Georgia Democrats made history this month. We chose a candidate for Georgia governor who is not only a woman, but a black woman. Stacey Abrams won easily over Stacey Evans. She was unopposed for Lieutenant Governor, but our choice is also a woman and married to an immigrant, Italian, but an immigrant, nonetheless.
That all happened on Tuesday, and then we started coming back to earth on Wednesday when we found that the number of Republican votes cast statewide far exceeded the number of Democrat votes, and in the little corner of heaven where we live, a little over 3,500 voters showed up, of whom a little over 400 were registered Democrats.
Georgia has open primary voting, so Democrats vote in the Republican primary, hoping to spoil things, and the opposite happens. You can’t read too much into the party breakdown of voters in the primaries.
Word is that the “party” isn’t very happy with our choice for governor. They want to campaign toward the middle, hoping to capture a few independents, but the voters chose someone who will campaign toward the progressive liberal Democratic party base. Meanwhile, the Republican candidates are in a run-off between two candidates who want to make The Freedom Caucus look like a bunch of commies.
It will be interesting to see whether voters will turn out in November.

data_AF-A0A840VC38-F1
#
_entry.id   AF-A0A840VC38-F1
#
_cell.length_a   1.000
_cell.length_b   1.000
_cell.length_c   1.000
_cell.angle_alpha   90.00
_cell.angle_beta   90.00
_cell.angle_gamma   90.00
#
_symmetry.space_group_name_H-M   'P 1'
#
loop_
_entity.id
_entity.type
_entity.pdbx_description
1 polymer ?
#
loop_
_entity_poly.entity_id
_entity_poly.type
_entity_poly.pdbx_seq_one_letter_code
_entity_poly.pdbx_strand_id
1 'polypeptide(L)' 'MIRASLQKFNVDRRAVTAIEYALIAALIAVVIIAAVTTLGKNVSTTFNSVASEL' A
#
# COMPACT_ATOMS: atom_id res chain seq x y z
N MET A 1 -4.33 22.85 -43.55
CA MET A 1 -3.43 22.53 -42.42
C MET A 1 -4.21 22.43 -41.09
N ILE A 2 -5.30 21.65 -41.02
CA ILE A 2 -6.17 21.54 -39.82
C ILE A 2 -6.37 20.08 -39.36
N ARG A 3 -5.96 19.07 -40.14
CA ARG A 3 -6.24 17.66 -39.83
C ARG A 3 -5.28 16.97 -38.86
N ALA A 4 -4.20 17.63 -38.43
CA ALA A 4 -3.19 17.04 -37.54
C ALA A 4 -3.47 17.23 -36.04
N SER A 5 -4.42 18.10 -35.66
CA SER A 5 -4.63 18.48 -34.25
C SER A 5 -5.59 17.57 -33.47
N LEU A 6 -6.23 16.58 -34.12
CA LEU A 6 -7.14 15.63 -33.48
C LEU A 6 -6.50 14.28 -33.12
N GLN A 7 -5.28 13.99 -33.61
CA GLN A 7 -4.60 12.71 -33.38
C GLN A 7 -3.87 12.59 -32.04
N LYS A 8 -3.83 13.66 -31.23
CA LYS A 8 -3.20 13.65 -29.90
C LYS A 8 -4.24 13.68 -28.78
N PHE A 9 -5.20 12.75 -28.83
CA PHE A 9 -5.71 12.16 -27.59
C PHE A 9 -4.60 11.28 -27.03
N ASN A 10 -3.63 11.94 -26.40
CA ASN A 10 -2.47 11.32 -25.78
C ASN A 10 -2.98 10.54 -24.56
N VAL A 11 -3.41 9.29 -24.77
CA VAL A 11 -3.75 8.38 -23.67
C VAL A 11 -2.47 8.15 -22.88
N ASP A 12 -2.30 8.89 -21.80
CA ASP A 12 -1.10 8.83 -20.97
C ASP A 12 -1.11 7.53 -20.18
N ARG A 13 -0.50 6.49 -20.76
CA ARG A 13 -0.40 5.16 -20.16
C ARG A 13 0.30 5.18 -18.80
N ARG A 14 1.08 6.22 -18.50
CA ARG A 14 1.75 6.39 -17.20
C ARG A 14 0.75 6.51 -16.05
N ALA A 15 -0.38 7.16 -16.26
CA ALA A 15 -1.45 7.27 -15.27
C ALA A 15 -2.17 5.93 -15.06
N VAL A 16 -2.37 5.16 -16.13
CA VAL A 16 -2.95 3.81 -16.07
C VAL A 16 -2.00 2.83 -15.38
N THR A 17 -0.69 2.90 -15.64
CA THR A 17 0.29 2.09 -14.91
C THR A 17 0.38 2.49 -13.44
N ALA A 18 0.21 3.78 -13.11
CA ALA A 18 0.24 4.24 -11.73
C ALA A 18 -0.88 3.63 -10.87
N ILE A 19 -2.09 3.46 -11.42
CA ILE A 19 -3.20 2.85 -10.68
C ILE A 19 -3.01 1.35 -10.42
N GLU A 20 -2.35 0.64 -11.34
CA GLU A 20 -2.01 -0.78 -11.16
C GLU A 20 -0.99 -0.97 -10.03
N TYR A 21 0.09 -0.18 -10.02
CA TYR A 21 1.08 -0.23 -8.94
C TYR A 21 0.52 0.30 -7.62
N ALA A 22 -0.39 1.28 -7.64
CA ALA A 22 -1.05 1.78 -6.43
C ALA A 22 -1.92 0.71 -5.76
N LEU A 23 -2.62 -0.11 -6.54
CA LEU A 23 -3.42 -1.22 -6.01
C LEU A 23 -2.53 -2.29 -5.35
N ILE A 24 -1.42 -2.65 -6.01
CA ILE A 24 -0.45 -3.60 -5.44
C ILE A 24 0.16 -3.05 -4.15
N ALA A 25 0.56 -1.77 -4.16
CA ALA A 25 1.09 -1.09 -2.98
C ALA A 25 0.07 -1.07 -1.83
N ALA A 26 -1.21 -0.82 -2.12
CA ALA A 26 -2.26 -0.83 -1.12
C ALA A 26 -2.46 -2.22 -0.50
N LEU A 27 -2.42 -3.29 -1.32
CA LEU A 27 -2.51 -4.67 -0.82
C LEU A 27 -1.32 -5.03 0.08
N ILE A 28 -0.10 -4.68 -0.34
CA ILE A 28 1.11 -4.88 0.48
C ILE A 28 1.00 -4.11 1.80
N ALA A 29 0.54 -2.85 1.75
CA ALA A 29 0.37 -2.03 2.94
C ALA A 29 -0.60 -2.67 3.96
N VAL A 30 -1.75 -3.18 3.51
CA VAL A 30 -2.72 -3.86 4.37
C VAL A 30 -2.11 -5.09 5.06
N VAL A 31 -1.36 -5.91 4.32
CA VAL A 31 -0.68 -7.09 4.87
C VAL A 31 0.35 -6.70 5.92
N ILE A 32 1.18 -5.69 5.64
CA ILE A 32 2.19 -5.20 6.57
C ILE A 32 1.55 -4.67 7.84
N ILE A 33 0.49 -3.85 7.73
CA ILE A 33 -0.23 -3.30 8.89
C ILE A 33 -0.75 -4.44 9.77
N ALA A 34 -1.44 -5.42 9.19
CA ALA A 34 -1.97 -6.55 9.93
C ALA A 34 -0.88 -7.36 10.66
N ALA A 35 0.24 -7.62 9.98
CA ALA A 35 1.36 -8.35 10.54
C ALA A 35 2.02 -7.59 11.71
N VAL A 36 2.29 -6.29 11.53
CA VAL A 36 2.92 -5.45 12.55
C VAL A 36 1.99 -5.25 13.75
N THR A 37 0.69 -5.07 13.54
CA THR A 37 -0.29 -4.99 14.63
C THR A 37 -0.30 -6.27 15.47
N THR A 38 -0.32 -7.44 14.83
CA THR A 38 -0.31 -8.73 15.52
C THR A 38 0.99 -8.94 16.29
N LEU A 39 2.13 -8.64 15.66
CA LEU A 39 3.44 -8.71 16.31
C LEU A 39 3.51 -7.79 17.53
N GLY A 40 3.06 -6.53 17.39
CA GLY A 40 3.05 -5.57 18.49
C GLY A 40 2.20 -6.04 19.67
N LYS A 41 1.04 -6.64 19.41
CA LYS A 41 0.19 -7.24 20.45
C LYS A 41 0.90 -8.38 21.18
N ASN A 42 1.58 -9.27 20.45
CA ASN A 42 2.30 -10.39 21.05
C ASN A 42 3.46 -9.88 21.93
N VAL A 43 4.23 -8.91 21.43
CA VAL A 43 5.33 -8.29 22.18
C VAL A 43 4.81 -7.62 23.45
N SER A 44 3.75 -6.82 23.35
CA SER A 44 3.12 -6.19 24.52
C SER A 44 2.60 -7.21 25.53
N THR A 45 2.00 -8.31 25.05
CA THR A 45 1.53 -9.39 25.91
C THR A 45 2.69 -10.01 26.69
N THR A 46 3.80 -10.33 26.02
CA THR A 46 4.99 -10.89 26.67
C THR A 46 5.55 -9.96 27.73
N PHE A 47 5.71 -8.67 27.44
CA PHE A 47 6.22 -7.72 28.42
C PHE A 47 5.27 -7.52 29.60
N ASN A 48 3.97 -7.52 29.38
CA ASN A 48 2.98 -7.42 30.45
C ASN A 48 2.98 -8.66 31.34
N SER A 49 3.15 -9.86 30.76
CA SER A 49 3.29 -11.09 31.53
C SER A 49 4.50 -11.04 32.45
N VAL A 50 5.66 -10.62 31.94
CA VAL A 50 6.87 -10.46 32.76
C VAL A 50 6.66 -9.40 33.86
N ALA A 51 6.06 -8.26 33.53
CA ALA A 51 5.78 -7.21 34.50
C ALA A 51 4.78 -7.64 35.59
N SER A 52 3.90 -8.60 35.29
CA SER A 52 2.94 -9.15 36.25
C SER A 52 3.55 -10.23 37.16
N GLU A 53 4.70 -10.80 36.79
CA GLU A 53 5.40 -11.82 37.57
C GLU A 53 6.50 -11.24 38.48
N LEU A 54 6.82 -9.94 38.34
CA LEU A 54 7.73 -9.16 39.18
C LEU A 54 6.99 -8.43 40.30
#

On the home front things have taken a sadder note.
We got a call this Monday to tell us that my mother-in-law was talking to an aid in the nursing home when she suddenly stopped talking and her eyes “cut to the left”. She was transferred to Methodist Hospital across the river in Memphis where an MRI showed that she had had an anterior cerebral artery occlusion. She was given a “clot buster”, tPA, with no change. I found that there is a 6% chance of severe hemorrhage with that drug, and a good effect happens about 35% of the time. ACA strokes are the least common (about 5%) and are very debilitating.
Our niece who lives about a mile from the nursing home has been beside herself. She was scheduled to fly out on Thursday morning to be gone for a couple of weeks, her dachshund female was due at any moment to have her first litter of puppies, and what was going to happen with Grandma?
The mother had pups Wednesday night (3 boys, 3 girls, mother and children doing well) and our niece made her flight.
Hospice is involved. My mother-in-law is weak on one side, can’t swallow, can’t talk, can’t understand what is being said, and can’t be understood. She has weeks to live, at best.
Prior to this catastrophe, Sue was 91, deaf, blind, bedridden and incontinent. She seemed to have outlived her warranty several times over.
L is the organizer. She has squared everything with hospice and the funeral home, made plans with her sisters, and acted as agent for her mother.
Our other parents have been gone for decades. Sue has been the hold-out.
Meanwhile, it is Memorial Day Weekend. U.S. Hwy. 441 has looked like the autobahn since Wednesday evening as people from Atlanta and Athens head for the mountains and lakes.
We met friends at “The Dive” tonight. I had a chicken sandwich and a glass of a local beer, “Hiawassee Gold” which turned out to be a nice wheat beer with some citrus added. The Dive planned entertainment outside on the patio. When we left there were a few hardy souls sitting under umbrellas in pouring rain. That’s springtime in the mountains.